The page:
I wrote earlier that I have gotten the necessary equipment for making home brewed coffee. Since then, I have brewed with quite a number of various beans, Ethiopian Arabica and Kenyan Arabica single origins to name a few.
Granted that my brewing experience is very limited, I must say that using pour over brewers are definitely harder than it looks. Here are some of the things that happened to me:
1) While transferring freshly boiled water to my pouring kettle, I accidentally closed the lid and the water spilled over the table and onto a box of dried noodles that was sitting on the floor. Oops… If not for the plastic covering, those dried noodles would have already become cooked and ready to eat.
2) While making a batch of 300 ml coffee, I forgot to start my timer and had to go with it by “feel.” After brewing, I tasted it with some of the people at home. You should have seen our faces! All our eyes became little slits and our cheeks expanded all the way to the back of our faces. Needless to say that batch of coffee turned out to become the first batch of collateral damage and had to be thrown out.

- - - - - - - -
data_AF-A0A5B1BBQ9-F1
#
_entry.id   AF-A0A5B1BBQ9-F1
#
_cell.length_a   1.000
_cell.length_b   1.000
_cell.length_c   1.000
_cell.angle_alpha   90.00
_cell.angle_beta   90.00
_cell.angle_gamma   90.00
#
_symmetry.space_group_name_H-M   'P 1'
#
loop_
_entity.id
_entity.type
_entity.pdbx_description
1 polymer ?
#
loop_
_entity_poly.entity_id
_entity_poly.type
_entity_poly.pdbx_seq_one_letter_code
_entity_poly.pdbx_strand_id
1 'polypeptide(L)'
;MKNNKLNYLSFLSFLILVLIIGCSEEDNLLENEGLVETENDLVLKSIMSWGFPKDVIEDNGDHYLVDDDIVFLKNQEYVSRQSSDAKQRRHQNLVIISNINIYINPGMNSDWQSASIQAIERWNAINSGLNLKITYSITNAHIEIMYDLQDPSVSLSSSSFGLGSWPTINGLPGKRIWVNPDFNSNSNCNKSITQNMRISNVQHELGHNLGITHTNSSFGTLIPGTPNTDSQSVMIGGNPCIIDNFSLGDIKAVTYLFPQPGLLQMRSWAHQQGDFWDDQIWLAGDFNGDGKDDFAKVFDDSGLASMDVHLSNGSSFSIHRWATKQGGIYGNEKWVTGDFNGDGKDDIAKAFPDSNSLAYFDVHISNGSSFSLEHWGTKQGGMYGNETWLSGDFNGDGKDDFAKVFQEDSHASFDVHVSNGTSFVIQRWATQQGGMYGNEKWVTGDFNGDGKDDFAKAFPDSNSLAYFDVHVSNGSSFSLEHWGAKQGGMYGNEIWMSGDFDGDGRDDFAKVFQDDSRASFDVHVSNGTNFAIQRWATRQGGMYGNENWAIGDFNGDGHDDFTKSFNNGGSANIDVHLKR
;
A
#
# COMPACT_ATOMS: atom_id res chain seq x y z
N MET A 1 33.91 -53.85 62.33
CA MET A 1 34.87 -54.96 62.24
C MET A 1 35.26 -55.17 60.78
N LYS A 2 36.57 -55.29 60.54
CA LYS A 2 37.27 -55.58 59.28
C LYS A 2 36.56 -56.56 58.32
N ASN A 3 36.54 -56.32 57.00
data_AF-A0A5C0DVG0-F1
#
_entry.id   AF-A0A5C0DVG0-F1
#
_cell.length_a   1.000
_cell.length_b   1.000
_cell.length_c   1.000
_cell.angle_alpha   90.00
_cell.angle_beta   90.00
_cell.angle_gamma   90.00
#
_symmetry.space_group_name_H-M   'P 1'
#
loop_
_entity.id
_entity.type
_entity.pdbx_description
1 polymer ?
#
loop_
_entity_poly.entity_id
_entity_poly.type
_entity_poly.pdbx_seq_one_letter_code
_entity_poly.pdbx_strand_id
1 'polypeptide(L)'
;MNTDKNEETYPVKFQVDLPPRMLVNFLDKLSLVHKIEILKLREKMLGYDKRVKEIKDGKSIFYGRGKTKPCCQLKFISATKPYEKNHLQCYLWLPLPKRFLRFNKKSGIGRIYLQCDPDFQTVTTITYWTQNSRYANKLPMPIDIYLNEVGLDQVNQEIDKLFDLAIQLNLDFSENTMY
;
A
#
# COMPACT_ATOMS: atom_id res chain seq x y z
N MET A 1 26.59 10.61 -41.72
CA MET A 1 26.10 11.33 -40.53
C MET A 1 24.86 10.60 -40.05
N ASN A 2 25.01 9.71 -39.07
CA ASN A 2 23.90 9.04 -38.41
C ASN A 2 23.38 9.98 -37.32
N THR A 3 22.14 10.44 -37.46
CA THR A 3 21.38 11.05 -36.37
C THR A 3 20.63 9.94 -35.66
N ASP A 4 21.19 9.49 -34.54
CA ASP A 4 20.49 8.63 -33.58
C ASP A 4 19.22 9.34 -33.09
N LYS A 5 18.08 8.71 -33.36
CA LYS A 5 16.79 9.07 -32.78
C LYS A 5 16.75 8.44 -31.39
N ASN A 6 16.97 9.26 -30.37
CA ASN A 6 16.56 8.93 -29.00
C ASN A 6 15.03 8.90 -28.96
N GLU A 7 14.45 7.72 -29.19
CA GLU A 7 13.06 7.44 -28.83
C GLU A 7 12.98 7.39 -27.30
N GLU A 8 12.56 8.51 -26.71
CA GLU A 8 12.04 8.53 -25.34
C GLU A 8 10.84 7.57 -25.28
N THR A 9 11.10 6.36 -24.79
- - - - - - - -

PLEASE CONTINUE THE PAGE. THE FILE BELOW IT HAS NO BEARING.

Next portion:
3) Almost all of the batches of coffee I made do not have perfect craters on them. In fact, it looks like I’ve created batches with a crater within another crater. I’ll definitely have to work more on my pouring skills. Initially, I thought that it was because of the kettle I had. And although we could say that having the right kettle could definitely help, I’m pretty sure my pouring technique has tons of room for improvement.
4) On one of my pours, I looked at my decanter and studied the drip holes of the Kalita 102. There are three holes in the Kalita 102 brewer. Guess how many holes were dripping coffee? … 1 !
So those are some of my initial experiences with brewing. And as with all adventures, it’s safe to say that I’m experiencing the initial misadventures. And after all the mishaps, I could definitely say that coffee is a beast of its own.
Never underestimate the power of the bean, or you’ll regret it.. I know I did!
Yet there have been a few batches that produced really good coffee and made me a little bit proud of myself. And I must say, when you have everything set up properly before pouring, it’s always a nice and fun experience to do the pour over. I must confess that I’ve yet to get my timing right. I was targeting a brew time of 2 minutes and 30 seconds (150-180 ml of water), but I’m always going a little bit beyond 3 minutes.
As they say though, practice, practice, practice. So on to more brewing!